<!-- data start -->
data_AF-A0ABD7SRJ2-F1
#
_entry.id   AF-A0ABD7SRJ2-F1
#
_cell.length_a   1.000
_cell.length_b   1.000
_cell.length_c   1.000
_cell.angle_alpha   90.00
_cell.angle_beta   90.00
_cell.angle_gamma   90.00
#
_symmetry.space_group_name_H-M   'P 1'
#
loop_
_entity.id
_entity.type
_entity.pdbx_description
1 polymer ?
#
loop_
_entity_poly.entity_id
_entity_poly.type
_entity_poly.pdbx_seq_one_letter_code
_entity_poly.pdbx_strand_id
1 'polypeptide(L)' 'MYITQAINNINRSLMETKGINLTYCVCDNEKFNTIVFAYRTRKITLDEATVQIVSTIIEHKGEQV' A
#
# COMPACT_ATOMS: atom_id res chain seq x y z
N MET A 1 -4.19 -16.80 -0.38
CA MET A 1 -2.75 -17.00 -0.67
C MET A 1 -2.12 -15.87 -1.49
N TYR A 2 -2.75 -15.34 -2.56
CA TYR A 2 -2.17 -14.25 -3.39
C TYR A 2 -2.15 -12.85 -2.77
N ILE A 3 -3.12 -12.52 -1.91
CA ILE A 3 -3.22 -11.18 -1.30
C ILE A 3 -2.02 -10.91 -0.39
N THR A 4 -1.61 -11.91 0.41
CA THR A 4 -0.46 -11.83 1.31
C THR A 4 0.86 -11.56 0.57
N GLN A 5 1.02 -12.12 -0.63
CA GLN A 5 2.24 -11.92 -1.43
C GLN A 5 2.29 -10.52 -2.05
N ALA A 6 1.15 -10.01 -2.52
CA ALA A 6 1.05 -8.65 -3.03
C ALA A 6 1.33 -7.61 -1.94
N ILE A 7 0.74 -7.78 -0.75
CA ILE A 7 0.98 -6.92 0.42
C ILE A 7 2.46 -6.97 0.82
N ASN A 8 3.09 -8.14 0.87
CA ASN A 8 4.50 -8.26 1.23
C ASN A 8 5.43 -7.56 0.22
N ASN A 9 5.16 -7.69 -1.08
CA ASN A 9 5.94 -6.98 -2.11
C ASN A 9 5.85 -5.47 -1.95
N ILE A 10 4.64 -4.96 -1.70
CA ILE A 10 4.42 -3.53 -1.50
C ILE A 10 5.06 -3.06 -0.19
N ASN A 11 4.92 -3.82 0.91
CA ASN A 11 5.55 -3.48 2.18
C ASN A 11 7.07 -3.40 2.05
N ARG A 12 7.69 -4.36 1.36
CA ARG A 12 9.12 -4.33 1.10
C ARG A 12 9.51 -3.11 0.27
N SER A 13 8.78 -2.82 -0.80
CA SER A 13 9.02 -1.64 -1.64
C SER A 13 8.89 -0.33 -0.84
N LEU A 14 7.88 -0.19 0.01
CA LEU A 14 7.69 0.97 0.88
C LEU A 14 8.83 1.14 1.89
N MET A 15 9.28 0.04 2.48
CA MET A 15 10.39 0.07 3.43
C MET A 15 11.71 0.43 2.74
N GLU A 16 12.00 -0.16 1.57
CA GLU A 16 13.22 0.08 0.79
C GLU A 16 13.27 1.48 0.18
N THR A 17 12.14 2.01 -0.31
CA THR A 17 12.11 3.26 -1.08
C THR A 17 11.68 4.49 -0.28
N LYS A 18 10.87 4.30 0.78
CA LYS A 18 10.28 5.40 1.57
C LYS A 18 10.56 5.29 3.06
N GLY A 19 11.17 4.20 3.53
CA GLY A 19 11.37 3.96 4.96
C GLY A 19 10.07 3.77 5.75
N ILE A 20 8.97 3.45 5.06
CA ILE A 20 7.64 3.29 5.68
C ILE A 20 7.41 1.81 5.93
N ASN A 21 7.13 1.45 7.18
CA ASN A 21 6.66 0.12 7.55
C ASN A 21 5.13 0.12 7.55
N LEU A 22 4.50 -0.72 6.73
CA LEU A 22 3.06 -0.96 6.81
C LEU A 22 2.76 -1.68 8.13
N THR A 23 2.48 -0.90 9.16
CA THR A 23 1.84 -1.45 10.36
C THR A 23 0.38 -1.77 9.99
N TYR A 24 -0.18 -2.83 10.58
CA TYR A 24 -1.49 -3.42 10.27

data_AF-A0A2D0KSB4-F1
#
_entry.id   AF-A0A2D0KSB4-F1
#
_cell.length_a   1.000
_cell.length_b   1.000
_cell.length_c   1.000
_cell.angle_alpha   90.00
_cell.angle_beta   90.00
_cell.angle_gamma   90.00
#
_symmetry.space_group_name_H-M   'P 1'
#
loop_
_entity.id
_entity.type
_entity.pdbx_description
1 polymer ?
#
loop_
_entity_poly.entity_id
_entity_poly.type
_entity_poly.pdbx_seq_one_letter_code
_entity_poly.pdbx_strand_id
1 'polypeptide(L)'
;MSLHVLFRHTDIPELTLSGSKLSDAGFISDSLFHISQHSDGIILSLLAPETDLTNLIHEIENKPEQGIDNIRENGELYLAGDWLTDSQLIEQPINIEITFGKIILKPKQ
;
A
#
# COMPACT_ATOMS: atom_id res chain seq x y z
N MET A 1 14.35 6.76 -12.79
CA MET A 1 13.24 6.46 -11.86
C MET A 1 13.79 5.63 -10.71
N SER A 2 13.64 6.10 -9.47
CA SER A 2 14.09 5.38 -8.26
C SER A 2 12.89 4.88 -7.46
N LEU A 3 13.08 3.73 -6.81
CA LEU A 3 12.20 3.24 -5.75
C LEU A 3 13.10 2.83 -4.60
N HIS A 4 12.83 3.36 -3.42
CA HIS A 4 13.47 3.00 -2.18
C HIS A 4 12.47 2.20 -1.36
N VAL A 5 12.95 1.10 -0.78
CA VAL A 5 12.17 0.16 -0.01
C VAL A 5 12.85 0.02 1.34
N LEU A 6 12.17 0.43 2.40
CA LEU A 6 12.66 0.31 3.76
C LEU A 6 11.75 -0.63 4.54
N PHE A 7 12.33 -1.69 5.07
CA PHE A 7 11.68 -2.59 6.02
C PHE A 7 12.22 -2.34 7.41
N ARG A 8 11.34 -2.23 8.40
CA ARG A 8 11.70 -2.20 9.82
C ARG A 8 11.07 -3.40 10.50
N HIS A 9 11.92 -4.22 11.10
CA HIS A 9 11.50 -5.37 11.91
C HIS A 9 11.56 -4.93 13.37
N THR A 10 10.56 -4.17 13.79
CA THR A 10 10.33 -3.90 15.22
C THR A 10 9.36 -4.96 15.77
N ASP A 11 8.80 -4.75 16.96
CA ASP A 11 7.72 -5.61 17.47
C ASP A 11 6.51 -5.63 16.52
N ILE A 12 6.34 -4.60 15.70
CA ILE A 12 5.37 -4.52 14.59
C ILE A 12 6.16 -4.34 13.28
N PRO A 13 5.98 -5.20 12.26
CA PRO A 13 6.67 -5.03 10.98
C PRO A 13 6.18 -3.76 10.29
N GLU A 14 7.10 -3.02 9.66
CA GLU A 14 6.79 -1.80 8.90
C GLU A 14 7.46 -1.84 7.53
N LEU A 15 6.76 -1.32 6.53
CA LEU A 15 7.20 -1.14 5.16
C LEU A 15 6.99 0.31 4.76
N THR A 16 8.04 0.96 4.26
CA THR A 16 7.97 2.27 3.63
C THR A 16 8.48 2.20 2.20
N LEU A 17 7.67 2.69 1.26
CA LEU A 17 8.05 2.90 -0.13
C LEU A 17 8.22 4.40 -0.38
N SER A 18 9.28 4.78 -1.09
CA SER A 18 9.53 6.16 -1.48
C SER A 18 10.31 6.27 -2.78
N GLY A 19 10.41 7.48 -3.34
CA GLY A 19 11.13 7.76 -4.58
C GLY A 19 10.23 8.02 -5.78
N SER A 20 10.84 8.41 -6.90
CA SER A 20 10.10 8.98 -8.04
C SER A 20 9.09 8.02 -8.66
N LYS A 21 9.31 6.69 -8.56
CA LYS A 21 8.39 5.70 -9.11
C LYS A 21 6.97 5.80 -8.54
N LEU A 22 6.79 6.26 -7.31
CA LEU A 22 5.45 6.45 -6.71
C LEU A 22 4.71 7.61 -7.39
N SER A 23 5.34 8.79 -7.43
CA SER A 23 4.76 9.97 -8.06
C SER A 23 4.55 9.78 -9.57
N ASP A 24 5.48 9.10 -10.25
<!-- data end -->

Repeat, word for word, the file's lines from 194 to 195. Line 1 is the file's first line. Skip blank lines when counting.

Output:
C LEU A 22 4.71 7.61 -7.39
N SER A 23 5.34 8.79 -7.43